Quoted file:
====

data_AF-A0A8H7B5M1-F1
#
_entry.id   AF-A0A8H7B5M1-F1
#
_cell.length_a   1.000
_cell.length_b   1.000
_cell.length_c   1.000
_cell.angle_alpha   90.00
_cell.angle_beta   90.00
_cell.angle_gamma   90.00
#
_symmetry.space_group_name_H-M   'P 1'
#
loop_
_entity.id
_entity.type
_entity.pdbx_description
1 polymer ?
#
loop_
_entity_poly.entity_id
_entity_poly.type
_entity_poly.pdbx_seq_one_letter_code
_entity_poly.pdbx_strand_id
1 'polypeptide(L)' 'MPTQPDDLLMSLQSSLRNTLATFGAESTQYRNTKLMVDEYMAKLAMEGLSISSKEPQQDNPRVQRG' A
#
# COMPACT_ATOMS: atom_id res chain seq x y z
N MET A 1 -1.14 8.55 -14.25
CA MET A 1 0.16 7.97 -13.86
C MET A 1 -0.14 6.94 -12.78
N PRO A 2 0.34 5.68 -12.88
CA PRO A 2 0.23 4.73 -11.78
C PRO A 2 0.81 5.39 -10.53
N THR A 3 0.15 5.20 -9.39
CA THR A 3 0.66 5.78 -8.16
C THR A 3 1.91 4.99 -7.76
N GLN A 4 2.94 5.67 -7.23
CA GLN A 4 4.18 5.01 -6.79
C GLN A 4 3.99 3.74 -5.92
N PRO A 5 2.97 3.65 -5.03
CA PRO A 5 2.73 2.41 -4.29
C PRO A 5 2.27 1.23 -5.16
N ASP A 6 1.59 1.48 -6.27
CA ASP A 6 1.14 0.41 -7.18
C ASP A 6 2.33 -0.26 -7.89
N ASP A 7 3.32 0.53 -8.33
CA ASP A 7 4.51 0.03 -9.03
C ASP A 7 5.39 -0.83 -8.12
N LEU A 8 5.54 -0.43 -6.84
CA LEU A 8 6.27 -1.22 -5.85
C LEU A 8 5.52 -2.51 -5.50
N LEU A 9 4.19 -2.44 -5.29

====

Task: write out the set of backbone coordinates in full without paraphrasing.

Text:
data_AF-A0A8H7B5M1-F1
#
_entry.id   AF-A0A8H7B5M1-F1
#
_cell.length_a   1.000
_cell.length_b   1.000
_cell.length_c   1.000
_cell.angle_alpha   90.00
_cell.angle_beta   90.00
_cell.angle_gamma   90.00
#
_symmetry.space_group_name_H-M   'P 1'
#
loop_
_entity.id
_entity.type
_entity.pdbx_description
1 polymer ?
#
loop_
_entity_poly.entity_id
_entity_poly.type
_entity_poly.pdbx_seq_one_letter_code
_entity_poly.pdbx_strand_id
1 'polypeptide(L)' 'MPTQPDDLLMSLQSSLRNTLATFGAESTQYRNTKLMVDEYMAKLAMEGLSISSKEPQQDNPRVQRG' A
#
# COMPACT_ATOMS: atom_id res chain seq x y z
N MET A 1 -1.14 8.55 -14.25
CA MET A 1 0.16 7.97 -13.86
C MET A 1 -0.14 6.94 -12.78
N PRO A 2 0.34 5.68 -12.88
CA PRO A 2 0.23 4.73 -11.78
C PRO A 2 0.81 5.39 -10.53
N THR A 3 0.15 5.20 -9.39
CA THR A 3 0.66 5.78 -8.16
C THR A 3 1.91 4.99 -7.76
N GLN A 4 2.94 5.67 -7.23
CA GLN A 4 4.18 5.01 -6.79
C GLN A 4 3.99 3.74 -5.92
N PRO A 5 2.97 3.65 -5.03
CA PRO A 5 2.73 2.41 -4.29
C PRO A 5 2.27 1.23 -5.16
N ASP A 6 1.59 1.48 -6.27
CA ASP A 6 1.14 0.41 -7.18
C ASP A 6 2.33 -0.26 -7.89
N ASP A 7 3.32 0.53 -8.33
CA ASP A 7 4.51 0.03 -9.03
C ASP A 7 5.39 -0.83 -8.12
N LEU A 8 5.54 -0.43 -6.84
CA LEU A 8 6.27 -1.22 -5.85
C LEU A 8 5.52 -2.51 -5.50
N LEU A 9 4.19 -2.44 -5.29